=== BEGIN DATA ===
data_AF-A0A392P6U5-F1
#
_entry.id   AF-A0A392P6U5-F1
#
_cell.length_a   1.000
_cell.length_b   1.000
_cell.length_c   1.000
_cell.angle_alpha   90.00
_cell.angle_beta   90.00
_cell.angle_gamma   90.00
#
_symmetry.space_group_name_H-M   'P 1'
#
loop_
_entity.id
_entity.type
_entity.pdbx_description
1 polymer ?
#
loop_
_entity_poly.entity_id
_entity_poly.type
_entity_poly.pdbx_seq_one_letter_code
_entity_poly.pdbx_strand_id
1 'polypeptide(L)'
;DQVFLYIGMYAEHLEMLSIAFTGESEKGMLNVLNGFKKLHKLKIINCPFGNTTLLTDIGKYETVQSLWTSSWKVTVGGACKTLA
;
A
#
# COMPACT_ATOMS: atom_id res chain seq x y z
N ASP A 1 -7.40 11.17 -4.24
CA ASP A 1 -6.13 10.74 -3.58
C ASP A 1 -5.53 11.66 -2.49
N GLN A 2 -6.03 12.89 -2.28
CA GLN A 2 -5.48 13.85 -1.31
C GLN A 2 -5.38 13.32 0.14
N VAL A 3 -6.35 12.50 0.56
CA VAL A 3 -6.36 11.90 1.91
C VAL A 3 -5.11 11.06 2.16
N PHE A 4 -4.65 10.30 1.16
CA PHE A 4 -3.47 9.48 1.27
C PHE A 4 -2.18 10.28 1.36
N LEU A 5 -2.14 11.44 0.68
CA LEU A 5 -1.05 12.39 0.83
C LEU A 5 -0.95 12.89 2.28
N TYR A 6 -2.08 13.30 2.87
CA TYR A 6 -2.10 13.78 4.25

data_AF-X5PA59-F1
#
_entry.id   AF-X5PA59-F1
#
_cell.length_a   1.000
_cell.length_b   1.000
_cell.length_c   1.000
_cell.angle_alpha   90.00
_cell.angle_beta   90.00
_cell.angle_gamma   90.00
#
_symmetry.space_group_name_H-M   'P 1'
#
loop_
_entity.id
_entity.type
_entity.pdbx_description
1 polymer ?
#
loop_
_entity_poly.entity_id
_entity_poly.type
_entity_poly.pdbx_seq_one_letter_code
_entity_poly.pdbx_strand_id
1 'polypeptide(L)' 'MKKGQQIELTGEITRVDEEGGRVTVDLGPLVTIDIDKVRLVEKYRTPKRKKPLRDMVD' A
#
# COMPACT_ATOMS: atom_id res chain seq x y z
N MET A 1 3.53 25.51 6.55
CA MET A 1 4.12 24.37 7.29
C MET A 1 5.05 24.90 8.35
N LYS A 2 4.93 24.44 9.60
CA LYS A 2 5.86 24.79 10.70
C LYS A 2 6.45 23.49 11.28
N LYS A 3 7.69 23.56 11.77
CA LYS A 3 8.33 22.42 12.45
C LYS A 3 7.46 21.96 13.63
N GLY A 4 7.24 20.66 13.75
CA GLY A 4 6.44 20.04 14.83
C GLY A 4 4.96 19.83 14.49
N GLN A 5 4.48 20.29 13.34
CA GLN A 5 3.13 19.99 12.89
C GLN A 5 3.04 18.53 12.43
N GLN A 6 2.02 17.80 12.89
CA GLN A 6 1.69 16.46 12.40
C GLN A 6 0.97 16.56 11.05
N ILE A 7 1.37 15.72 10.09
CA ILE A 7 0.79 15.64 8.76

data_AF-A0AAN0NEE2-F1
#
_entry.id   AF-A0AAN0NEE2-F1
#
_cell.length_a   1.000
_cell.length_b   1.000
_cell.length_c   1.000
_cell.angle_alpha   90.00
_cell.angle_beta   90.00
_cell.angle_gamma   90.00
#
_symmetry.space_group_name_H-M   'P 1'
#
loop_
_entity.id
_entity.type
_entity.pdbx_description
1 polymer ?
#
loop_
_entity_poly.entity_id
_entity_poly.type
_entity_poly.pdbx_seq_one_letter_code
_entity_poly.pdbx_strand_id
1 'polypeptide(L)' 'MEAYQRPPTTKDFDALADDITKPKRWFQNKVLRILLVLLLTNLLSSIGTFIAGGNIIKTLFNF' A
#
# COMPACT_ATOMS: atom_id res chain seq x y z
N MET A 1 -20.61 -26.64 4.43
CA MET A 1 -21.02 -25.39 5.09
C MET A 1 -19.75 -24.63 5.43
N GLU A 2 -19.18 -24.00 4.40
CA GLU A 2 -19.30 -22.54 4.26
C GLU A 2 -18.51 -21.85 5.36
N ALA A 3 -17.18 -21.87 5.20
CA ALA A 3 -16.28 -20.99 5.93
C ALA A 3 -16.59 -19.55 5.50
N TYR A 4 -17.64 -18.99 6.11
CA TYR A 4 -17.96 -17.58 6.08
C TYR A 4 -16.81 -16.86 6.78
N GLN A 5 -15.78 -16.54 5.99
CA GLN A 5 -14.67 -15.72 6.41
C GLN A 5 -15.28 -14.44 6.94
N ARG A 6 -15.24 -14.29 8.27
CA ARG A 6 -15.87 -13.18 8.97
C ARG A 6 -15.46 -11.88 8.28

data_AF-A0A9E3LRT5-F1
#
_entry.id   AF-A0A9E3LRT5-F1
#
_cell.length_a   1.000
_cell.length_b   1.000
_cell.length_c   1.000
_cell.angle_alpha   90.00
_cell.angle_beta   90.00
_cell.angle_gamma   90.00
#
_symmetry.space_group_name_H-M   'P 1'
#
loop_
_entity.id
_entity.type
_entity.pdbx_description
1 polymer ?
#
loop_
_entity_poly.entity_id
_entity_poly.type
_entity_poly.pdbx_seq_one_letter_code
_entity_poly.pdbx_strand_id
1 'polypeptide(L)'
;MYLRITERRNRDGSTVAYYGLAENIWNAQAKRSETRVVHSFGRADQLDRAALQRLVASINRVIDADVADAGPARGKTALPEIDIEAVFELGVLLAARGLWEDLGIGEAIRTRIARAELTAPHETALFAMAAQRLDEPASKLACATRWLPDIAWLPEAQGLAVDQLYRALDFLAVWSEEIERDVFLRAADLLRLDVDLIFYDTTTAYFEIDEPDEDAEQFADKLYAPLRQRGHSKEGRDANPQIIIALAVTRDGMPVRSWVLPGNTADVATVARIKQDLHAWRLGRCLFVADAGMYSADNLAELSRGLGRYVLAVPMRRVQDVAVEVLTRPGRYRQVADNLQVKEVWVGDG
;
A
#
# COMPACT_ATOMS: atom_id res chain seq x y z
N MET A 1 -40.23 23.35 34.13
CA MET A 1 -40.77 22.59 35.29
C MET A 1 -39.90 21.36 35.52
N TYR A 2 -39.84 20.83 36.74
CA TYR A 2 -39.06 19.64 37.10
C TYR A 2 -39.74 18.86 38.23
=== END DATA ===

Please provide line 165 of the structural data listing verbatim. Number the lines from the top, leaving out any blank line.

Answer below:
;MYLRITERRNRDGSTVAYYGLAENIWNAQAKRSETRVVHSFGRADQLDRAALQRLVASINRVIDADVADAGPARGKTALPEIDIEAVFELGVLLAARGLWEDLGIGEAIRTRIARAELTAPHETALFAMAAQRLDEPASKLACATRWLPDIAWLPEAQGLAVDQLYRALDFLAVWSEEIERDVFLRAADLLRLDVDLIFYDTTTAYFEIDEPDEDAEQFADKLYAPLRQRGHSKEGRDANPQIIIALAVTRDGMPVRSWVLPGNTADVATVARIKQDLHAWRLGRCLFVADAGMYSADNLAELSRGLGRYVLAVPMRRVQDVAVEVLTRPGRYRQVADNLQVKEVWVGDG